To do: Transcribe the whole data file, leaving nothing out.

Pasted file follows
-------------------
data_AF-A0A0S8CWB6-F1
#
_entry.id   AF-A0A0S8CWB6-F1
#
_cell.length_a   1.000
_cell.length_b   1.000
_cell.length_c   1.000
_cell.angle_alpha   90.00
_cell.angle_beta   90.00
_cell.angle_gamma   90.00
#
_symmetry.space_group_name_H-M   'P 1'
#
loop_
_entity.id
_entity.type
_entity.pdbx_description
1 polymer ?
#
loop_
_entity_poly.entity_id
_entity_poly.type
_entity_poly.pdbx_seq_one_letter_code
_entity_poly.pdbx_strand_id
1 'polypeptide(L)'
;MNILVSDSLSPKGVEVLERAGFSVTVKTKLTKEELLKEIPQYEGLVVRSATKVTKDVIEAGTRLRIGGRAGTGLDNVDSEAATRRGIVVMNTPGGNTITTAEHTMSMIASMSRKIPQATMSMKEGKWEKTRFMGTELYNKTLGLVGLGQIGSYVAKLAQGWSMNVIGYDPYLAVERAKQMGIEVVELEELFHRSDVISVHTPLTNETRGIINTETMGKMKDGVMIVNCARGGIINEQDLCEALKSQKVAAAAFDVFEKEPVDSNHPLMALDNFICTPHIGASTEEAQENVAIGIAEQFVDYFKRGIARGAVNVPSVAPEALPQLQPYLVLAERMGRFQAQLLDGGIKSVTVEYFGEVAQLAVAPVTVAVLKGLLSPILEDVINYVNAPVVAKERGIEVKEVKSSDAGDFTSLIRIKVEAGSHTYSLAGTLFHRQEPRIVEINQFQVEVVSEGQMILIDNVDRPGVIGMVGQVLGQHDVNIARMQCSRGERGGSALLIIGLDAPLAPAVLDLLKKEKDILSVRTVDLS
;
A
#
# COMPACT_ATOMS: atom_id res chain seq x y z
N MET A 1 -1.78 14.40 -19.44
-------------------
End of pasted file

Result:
data_AF-A0A0S8CWB6-F1
#
_entry.id   AF-A0A0S8CWB6-F1
#
_cell.length_a   1.000
_cell.length_b   1.000
_cell.length_c   1.000
_cell.angle_alpha   90.00
_cell.angle_beta   90.00
_cell.angle_gamma   90.00
#
_symmetry.space_group_name_H-M   'P 1'
#
loop_
_entity.id
_entity.type
_entity.pdbx_description
1 polymer ?
#
loop_
_entity_poly.entity_id
_entity_poly.type
_entity_poly.pdbx_seq_one_letter_code
_entity_poly.pdbx_strand_id
1 'polypeptide(L)'
;MNILVSDSLSPKGVEVLERAGFSVTVKTKLTKEELLKEIPQYEGLVVRSATKVTKDVIEAGTRLRIGGRAGTGLDNVDSEAATRRGIVVMNTPGGNTITTAEHTMSMIASMSRKIPQATMSMKEGKWEKTRFMGTELYNKTLGLVGLGQIGSYVAKLAQGWSMNVIGYDPYLAVERAKQMGIEVVELEELFHRSDVISVHTPLTNETRGIINTETMGKMKDGVMIVNCARGGIINEQDLCEALKSQKVAAAAFDVFEKEPVDSNHPLMALDNFICTPHIGASTEEAQENVAIGIAEQFVDYFKRGIARGAVNVPSVAPEALPQLQPYLVLAERMGRFQAQLLDGGIKSVTVEYFGEVAQLAVAPVTVAVLKGLLSPILEDVINYVNAPVVAKERGIEVKEVKSSDAGDFTSLIRIKVEAGSHTYSLAGTLFHRQEPRIVEINQFQVEVVSEGQMILIDNVDRPGVIGMVGQVLGQHDVNIARMQCSRGERGGSALLIIGLDAPLAPAVLDLLKKEKDILSVRTVDLS
;
A
#
# COMPACT_ATOMS: atom_id res chain seq x y z
N MET A 1 -1.78 14.40 -19.44